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Re: "static" declaration

At Wed, 7 Aug 2002 09:13:27 -0400,
Sundar Narasimhan wrote:
> Kobayasi: I didn't mean my post to be about Perl-style.

Ok. I was too much "sensitive" for Perl's topic;-)

Because when you started your first message for this thread from
{...about 60-70% of our bugs in "newly deployed" Perl code...},
I recoginzed you want shooting Perl's weakness. But this kind of 
bug is now statically rejectable by Perl's mechanism.
So, as a fan of Perl, I just wanted to defend it from somekind of
rumors (ie. Perl has no way to check variable typos statically).

> I meant to say that w/ large bodies of existing code if you use "good"
> tools/IDE's that often rely on providing you with "all" errors,
> starting off with the strictest levels of error checking might not be
> a good idea.

I agreed. In general, it is possible.

> And yes, our experience with perl -- since we generate dynamic sql,
> and play gnarly games with cursors -- is likely not to match
> yours. Our codebases are also typically much larger (we do write one
> liners like others here, but we also use light-weight languages for
> other larger tasks) .. we are probably one of the few
> commercial ISV's that still maintain oh.. around a million lines of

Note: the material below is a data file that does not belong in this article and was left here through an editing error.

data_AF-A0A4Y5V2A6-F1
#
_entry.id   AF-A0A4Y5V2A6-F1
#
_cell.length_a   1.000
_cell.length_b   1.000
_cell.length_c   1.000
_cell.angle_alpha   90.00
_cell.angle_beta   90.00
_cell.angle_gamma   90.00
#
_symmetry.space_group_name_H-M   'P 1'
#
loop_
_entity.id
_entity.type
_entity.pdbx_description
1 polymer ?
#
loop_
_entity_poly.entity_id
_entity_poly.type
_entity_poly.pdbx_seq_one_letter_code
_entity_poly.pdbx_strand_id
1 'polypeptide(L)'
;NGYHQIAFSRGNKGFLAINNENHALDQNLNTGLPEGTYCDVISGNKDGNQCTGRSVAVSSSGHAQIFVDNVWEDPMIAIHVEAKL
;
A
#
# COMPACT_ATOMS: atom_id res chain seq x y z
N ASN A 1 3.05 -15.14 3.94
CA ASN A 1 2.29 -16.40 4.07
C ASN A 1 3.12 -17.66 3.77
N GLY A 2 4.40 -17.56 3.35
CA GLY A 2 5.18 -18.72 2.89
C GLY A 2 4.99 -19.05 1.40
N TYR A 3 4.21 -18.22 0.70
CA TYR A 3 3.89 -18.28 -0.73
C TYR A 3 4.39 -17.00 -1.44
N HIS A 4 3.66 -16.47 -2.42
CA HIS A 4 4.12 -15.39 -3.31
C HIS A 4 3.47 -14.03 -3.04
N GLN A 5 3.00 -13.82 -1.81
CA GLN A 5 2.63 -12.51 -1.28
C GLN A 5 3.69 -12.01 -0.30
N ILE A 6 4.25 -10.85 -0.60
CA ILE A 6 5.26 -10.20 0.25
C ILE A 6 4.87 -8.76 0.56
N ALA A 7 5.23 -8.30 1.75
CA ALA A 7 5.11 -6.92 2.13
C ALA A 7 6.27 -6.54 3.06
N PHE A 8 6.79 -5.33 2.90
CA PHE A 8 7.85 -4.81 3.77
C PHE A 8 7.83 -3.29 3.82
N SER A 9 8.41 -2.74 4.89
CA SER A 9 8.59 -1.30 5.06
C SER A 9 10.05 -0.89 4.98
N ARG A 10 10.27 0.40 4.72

> Lisp, for example. 

A million lines of lisp! Yes, it is very different from my situation.
My largest case (a network game contents, written in my DSL, generated
from XML) is merely 1/3 of yours.

> Please read the original thread.. Dan was asking about whether or not
> declaring variables implicitly and at any point causes more grief than
> it is worth. I tend to agree. Use strict and other similar bandaids do
> help. 

Ok. For other than "one-liners", mandatory explicit declaration is
best. But I cannot agree about totally prohibiting "declaration at any
point" though. IMHO, from refactoring perspective, for lexcal(scope
related) declarations, "declaration at any point" is worth enough for
reducing code complexity (and helps manageability).


BTW, for this topic, I should mention about another Perl episode for
declaration. Since perl5.004(may be), Perl5 has a way of declaring
*instance variables* via "use fields", which enables static/runtime
checking of instance variable typos. And with "use fields", you can
even obtain list of instance variables about specific class via
%FOO::FIELDS hash table.

...But, it was too late to become major. I personally switched to it,
but it is still minor in CPAN. From this lesson, we can learn

 * Declaration mechanism should be supplied at very beginning of the
   language history.
 * For reusable-codes, declaration should be mandatory by default.

Otherwise, no-declaration-codes will go abroad quickly, and most
codebases for the language (and printed books, habits of trained
developpers, communitie's preference...) will be filled with it.
Once it dominates, it needs many efforts to salvage them.

# Good night!
KOBAYASI Hiroaki -- hkoba@t3.rim.or.jp --
If you feel my english is strange, please correct me.